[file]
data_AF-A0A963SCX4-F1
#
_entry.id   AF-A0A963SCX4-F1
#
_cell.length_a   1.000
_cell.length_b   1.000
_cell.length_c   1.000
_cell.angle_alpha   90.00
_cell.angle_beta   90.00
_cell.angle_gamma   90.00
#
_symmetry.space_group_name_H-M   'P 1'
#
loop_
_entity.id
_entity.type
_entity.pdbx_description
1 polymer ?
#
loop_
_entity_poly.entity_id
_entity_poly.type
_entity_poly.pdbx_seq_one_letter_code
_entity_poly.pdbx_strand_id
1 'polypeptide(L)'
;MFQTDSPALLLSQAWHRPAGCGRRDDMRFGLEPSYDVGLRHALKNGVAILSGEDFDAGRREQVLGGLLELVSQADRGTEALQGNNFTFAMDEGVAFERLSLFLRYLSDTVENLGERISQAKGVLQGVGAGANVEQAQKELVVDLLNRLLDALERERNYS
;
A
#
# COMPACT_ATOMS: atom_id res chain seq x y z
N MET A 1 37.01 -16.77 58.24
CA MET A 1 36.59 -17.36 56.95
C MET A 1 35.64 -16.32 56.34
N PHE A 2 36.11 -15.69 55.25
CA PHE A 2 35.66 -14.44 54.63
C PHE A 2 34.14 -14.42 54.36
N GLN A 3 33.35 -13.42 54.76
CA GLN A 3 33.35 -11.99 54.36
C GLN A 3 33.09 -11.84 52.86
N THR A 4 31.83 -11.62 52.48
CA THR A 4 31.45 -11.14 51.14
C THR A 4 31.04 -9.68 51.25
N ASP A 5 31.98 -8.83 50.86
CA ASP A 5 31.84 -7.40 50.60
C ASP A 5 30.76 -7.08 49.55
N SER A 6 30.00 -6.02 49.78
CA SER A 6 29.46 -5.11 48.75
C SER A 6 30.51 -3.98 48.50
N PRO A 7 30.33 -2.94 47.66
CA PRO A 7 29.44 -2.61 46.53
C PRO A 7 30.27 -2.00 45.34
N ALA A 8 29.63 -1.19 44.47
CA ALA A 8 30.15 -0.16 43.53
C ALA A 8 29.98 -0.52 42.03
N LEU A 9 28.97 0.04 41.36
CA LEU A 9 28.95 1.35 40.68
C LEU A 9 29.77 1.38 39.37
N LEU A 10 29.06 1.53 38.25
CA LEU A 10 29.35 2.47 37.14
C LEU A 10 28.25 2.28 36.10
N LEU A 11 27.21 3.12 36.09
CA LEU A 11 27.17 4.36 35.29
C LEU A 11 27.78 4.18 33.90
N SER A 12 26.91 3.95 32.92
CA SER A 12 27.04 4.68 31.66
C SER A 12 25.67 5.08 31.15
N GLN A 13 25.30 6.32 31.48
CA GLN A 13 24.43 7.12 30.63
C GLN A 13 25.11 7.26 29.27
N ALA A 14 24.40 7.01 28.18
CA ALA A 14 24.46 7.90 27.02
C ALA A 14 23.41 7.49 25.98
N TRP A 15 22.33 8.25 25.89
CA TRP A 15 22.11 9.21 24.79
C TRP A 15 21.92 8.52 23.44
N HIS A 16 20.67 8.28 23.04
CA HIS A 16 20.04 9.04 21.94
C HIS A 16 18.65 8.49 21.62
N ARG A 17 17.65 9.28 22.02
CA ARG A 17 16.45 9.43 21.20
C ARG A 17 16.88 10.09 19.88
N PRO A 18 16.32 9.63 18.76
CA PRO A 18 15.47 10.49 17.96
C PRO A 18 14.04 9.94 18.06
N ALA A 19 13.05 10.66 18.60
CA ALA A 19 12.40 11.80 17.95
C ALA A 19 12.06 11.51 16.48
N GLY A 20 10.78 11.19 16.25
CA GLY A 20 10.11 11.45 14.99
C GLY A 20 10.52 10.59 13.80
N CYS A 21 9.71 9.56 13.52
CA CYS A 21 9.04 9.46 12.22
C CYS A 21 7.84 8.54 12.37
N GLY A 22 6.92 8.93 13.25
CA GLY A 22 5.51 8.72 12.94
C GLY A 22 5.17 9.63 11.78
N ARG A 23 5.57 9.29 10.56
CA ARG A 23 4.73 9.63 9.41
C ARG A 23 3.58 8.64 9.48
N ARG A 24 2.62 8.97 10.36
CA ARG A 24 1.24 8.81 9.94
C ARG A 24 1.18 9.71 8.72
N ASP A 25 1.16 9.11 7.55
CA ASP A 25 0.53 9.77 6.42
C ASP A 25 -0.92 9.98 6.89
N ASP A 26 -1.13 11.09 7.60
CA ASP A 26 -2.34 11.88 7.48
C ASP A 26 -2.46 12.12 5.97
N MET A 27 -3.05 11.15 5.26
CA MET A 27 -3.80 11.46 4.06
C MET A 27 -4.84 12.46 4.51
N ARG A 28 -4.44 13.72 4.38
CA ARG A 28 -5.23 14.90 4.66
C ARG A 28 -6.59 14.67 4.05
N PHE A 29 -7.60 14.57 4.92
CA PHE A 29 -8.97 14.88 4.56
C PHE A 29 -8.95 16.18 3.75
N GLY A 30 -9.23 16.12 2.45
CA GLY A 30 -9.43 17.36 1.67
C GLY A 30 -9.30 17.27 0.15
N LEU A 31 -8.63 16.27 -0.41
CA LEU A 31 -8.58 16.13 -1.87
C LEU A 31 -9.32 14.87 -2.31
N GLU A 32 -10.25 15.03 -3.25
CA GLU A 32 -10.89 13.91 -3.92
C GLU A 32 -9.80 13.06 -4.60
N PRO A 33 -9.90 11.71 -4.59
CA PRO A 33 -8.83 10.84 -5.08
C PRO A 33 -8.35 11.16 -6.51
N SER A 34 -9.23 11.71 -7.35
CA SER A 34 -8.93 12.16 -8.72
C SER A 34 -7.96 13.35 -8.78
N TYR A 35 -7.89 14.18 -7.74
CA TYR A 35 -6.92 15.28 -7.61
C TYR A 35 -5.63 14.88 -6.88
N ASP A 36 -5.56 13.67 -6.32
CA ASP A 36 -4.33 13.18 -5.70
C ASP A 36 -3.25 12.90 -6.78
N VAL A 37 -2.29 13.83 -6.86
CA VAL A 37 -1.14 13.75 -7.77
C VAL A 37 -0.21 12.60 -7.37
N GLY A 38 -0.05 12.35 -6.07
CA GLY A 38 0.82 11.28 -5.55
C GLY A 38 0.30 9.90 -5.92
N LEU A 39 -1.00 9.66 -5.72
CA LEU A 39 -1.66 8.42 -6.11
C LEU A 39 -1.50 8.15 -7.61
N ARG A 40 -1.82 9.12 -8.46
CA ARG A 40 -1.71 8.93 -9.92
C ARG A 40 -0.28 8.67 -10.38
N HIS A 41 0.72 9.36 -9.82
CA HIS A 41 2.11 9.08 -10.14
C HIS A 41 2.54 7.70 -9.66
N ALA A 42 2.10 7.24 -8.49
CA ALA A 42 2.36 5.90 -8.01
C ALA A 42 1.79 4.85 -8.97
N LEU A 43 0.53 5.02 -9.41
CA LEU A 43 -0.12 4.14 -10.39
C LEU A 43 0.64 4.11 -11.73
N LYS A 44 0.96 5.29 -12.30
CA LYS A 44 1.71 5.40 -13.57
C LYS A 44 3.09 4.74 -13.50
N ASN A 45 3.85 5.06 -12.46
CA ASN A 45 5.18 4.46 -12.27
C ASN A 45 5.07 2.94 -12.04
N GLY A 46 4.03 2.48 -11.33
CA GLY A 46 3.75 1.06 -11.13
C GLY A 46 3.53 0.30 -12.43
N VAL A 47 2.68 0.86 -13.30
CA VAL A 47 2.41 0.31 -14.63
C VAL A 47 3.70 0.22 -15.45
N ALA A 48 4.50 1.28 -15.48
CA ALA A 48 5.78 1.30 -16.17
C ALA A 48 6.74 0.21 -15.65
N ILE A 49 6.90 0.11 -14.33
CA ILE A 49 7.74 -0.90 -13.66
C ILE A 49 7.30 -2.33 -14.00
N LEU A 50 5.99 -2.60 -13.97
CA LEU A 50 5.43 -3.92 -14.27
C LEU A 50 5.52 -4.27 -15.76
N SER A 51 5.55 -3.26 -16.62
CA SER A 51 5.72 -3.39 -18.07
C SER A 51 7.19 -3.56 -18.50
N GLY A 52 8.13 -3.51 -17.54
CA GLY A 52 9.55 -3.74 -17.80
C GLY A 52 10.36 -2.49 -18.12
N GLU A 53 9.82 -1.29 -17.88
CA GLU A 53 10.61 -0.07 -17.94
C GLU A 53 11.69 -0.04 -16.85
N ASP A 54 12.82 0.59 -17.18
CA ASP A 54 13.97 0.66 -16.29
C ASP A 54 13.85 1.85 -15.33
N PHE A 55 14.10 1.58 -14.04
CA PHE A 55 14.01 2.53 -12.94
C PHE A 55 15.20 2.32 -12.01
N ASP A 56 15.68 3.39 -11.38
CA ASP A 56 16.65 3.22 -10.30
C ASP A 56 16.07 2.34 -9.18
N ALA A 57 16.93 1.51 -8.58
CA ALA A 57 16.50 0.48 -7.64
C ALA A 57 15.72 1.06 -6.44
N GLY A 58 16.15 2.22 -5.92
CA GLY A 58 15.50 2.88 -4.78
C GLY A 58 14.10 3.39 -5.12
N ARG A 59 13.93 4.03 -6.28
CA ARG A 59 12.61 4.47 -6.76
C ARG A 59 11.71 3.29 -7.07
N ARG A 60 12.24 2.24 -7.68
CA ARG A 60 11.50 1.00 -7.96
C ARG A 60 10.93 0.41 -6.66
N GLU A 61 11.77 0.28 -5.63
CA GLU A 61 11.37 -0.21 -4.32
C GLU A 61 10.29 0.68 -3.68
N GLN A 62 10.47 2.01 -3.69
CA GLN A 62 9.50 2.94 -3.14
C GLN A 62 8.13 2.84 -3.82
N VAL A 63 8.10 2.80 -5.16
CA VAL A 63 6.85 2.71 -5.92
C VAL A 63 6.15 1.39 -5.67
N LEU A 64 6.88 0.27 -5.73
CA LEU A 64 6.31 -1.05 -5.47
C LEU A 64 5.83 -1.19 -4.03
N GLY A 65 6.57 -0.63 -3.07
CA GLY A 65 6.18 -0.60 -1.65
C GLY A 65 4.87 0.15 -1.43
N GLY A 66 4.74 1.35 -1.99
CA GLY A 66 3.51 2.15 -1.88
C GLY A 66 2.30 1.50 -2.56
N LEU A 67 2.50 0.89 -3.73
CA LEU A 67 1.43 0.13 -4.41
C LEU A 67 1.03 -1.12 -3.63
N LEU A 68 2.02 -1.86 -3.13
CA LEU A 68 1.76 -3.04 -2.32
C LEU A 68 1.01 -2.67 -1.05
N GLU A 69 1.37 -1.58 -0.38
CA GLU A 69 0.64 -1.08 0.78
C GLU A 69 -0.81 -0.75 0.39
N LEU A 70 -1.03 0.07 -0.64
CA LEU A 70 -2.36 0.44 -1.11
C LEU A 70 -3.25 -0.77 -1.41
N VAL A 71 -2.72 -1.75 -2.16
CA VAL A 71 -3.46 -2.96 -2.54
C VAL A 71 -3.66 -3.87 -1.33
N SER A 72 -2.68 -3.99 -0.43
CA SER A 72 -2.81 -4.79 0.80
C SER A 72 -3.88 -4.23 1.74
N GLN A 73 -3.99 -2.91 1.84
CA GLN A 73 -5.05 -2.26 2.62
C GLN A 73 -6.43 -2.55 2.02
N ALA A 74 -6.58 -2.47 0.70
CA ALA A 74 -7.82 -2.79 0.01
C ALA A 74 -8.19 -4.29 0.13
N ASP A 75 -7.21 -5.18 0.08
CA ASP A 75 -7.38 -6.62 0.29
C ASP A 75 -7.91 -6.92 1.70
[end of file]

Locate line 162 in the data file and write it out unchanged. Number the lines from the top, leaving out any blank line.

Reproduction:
C LYS A 44 3.09 4.74 -13.50